From Oakville, Ontario, Peter Boyd writes; "Many years ago, in the Dark Ages before the Internet, I worked in ...places like the Canadian Arctic, Saudi Arabia and Libya....the only source of news WAS...shortwave radio. ...back then, when the Cold War still ran warm, I would listen to the "Voice of America" for their perspective; "Radio Moscow" for their perspective.

"Then I would wait in anticipation for the strains of "Lilly Bolero," and the words "This is London." I could count on the BBC World Service for the truth," writes Peter Boyd of Oakville, Ontario.

From Vancouver, Jack Dubberly recalls listening to the BBC on shortwave at the family electronics store on Davie. "One day" he writes, "a man came in...looking at a very expensive shortwave radio. His clothing looked quite out of place... He said...he arrived from China the previous week. (I said) "Your English is fantastic! How come?"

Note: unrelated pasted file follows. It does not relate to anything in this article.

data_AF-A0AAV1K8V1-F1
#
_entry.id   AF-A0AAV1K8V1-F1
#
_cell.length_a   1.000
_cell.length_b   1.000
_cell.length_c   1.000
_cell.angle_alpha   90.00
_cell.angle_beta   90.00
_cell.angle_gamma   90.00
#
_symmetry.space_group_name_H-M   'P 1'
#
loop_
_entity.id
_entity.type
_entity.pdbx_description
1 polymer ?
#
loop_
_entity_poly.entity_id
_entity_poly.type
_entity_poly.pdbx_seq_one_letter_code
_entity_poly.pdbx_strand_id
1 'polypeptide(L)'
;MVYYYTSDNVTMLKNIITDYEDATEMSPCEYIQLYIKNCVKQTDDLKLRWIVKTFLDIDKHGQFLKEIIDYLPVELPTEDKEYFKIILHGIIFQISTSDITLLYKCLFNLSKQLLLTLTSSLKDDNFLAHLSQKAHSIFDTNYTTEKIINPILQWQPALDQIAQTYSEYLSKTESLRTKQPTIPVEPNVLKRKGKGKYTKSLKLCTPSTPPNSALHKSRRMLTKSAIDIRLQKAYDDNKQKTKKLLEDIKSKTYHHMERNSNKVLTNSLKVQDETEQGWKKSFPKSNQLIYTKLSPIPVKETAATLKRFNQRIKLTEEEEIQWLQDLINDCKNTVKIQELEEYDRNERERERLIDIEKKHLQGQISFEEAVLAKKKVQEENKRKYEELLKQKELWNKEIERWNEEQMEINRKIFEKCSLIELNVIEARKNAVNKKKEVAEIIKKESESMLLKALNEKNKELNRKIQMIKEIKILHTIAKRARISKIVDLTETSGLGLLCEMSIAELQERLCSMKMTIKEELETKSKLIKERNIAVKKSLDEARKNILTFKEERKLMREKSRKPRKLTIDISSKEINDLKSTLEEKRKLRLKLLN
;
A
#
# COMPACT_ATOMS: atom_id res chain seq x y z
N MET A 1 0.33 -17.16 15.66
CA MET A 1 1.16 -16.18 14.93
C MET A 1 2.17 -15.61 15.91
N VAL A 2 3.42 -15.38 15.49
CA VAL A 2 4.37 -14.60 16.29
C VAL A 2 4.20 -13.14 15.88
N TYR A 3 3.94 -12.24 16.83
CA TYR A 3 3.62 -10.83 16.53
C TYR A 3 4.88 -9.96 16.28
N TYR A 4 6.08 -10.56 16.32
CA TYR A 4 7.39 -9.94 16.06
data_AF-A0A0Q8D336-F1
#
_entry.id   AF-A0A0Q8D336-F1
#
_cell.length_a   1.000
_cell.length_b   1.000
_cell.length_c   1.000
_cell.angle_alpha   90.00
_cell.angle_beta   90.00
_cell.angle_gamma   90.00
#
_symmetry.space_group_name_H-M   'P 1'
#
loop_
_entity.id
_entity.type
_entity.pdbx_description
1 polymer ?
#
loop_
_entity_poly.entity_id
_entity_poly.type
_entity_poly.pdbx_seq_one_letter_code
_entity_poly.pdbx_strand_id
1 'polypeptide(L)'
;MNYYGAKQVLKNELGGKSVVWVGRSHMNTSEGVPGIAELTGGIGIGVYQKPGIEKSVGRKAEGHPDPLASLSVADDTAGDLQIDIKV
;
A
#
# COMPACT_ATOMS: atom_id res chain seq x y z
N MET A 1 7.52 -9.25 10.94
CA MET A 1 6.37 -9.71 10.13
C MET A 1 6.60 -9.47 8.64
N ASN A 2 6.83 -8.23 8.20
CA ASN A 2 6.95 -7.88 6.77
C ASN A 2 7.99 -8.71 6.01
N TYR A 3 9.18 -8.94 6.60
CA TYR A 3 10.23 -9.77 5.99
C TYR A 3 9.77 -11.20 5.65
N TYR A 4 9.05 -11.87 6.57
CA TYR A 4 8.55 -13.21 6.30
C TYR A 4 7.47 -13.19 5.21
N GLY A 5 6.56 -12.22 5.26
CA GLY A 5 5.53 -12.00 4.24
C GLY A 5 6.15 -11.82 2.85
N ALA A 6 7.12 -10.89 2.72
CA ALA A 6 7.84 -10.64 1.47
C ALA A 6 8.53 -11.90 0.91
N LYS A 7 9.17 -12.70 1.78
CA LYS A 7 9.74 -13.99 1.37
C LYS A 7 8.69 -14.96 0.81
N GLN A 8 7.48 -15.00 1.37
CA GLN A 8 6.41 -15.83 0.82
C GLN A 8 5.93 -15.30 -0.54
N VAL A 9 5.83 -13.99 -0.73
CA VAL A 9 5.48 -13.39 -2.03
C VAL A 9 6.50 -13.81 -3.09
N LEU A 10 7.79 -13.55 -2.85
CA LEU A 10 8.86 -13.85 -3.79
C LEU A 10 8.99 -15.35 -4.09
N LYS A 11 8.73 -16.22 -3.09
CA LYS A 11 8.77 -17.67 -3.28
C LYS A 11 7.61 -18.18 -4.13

His face lit up and he proudly said he learned ...from listening to daily English lessons on BBC World Service. ...did (the) Service make an impact on me? You bet.

To me and millions of others around the world. (Cutting it) is another step to the end of the romance of radio that the soul-less internet can't supply. Quite a shame really" writes Jack Dubberley in Vancouver.

Your letters. Our thanks. More letters in Your Dispatches!

 

 This program is the work of producers Dawna Dingwall, Alison Masemann and Steve McNally. With technical producers Tim Lorimer, Rob Selminovic, and Anca Stan, Our senior producer is Alan Guettel.